Dr. Jason Azoulay is an Associate Professor of Chemistry and Biochemistry and Materials Science and Engineering at the Georgia Institute of Technology. He is the Georgia Research Alliance Vasser-Woolley Distinguished Investigator in Optoelectronics and co-director of the Center for Organic Photonics and Electronics. Prior to joining GT, he was an Associate Professor of Polymer Science and Engineering at The University of Southern Mississippi. He received his Ph.D. in Chemistry from the University of California –Santa Barbara and performed post-doctoral studies at Sandia National Laboratories. Prof. Azoulay’s research group unites strong synthetic foundations with physics, materials science, and engineering to synthesize and apply next-generation functional materials. Research efforts within the group encompass homogeneous catalysis applied to polymer synthesis; electronic, photonic, magnetic, and quantum materials; device fabrication and engineering; chemical sensing in complex aqueous environments for environmental monitoring; and the synthesis, application, and engineering of high-performance polymers across multiple technology platforms. Azoulay has directed large interdisciplinary and center-level efforts in conjugated polymers, optoelectronics, and chemical sensing. He has also received numerous awards and honors, including the 2017 Nokia-Bell Labs Prize and Department of Energy Early Career Research Program Award.
Param received his Ph.D. in Materials Chemistry from the CSIR-Indian Institute of Chemical Technology in 2014, under the supervision of Dr. K. Bhanuprakash and Dr. V. Jayathirtha Rao. His Ph.D. research focused on the molecular design and synthesis of novel organic materials for solar cell applications. He is now working on the development of shortwave infrared (SWIR) polymers for organic photodiodes since joining the Azoulay group in July 2019.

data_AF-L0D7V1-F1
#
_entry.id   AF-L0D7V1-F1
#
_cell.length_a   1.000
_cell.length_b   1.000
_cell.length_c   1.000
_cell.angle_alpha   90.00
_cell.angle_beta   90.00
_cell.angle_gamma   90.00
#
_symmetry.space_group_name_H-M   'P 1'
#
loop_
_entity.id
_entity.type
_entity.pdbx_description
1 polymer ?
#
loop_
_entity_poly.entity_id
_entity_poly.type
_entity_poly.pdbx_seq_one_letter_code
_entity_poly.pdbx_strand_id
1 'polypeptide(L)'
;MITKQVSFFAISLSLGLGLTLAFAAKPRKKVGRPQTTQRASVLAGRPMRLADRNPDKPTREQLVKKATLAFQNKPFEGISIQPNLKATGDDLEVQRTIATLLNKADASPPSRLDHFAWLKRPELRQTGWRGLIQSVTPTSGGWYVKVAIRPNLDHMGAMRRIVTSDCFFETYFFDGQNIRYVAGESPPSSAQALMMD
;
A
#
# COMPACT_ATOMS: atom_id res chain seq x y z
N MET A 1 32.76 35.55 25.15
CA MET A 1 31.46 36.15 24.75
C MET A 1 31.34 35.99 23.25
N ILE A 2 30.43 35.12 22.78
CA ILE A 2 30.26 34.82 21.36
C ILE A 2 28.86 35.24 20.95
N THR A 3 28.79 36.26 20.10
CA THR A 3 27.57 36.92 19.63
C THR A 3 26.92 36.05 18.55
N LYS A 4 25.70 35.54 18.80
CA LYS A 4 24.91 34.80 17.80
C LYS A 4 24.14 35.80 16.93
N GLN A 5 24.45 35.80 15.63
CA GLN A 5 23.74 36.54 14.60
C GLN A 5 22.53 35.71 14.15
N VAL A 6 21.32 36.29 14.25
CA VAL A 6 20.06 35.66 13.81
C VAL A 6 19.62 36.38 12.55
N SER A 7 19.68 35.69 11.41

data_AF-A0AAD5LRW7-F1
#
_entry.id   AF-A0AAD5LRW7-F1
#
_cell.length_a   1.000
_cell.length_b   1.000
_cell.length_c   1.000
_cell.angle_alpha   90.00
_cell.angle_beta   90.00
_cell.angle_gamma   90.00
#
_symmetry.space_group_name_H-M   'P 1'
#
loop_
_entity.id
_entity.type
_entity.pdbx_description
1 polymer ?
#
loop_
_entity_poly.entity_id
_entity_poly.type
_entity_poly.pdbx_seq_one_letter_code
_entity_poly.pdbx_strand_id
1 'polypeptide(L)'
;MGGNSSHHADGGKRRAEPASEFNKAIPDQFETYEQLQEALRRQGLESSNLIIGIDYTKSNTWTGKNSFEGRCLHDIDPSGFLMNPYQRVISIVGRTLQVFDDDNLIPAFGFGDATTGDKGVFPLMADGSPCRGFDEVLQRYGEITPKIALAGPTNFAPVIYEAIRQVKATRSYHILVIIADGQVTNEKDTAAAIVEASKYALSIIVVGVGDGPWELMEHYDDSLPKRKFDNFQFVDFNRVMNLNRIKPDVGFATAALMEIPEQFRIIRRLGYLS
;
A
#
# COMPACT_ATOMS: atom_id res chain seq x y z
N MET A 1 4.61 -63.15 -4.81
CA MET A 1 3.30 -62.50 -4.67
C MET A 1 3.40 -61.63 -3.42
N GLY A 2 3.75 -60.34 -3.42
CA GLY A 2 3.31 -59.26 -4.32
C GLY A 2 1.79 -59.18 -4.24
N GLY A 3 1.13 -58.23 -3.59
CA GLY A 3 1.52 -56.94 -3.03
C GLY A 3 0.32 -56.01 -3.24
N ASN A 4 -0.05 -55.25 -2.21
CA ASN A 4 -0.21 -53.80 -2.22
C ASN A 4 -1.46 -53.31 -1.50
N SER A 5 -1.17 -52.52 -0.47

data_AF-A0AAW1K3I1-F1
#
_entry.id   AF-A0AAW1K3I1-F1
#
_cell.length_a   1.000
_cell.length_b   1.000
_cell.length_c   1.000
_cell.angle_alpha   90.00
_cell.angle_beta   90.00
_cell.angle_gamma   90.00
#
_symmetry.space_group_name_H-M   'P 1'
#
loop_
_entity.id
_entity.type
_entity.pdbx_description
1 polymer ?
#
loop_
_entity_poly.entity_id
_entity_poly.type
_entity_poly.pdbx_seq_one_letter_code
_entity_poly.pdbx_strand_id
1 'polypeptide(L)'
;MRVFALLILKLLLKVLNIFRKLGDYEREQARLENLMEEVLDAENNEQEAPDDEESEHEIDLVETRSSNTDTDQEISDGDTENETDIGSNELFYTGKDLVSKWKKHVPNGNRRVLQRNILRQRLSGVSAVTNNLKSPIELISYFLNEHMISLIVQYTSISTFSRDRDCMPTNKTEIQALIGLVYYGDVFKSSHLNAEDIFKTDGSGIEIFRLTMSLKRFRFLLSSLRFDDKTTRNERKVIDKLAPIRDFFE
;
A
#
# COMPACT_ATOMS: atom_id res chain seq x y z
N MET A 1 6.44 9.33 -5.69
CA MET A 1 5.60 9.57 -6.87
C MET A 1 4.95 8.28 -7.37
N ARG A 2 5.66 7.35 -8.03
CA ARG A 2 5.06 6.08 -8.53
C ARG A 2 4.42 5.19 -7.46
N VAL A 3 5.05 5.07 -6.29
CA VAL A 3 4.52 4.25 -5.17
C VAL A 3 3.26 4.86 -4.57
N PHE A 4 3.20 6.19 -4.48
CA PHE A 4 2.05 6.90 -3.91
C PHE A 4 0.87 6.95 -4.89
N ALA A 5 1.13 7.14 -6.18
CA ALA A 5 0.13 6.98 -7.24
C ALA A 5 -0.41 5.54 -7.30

Chih-Ting graduated from the Department of Applied Chemistry at National Chiao Tung University in 2015 with a B.S. in Applied Chemistry and in 2017 with an M.S. in Applied Chemistry. His current research focus is on open-shell polymer based intrinsic conductors and their development, processing, and related device engineering and photoconductors in semiconductors.
Matthew Kaminow went to the University of Maryland – College Park and graduated in 2021 with a Bachelor’s of Engineering in Materials Science and Engineering. As an undergraduate, he focused on quantum materials and first principles calculations. Now, he works on researching quantum spin dynamics in conjugated polymers.
Tanya graduated with her B.S. in Materials Science and Engineering from University of California – Los Angeles (UCLA) in 2022. Her undergraduate research focused on sol gel synthesis of pseudo-solid electrolytes for future energy storage applications, and she learned a variety of materials characterization techniques. Tanya also worked part-time for a high-tech startup company based at the California Nano-Systems Institute (CNSI), where she developed new synthesis methods for proton exchange membranes for hydrogen fuel cells. Now, she is focused on magnetometry characterization of conjugated polymers.
Tyler graduated from the Georgia Institute of Technology in 2022 with a B.S. in Chemistry where his research activities centered around using nonlinear spectroscopies to elucidate electronic defects in hybrid organic-inorganic perovskites. In his continuing doctoral work at Tech, Tyler has joined the Azoulay Group to synthesize and photophysically characterize a novel range of infrared-active conjugated polymers. He hopes to optimize figures of merit relevant to detector performance while extending photoresponse further into the IR.
Oscar earned his B.S. in Chemistry from the University of Nariño in Colombia. During his undergraduate studies, he conducted research under Dr. Luis Echegoyen’s mentorship, concentrating on synthesizing nanomaterials for renewable energy applications, including perovskite solar cells and hydrogen evolution reactions. Oscar is currently dedicated to exploring open-shell polymer-based intrinsic conductors, focusing on their development, processing, and application in device engineering.
Co-Advised with Prof. Natalie Stingelin
Azoulay Research Group
Molecular Science and Engineering
Georgia Institute of Technology
901 Atlantic Dr NW, Atlanta, GA 30332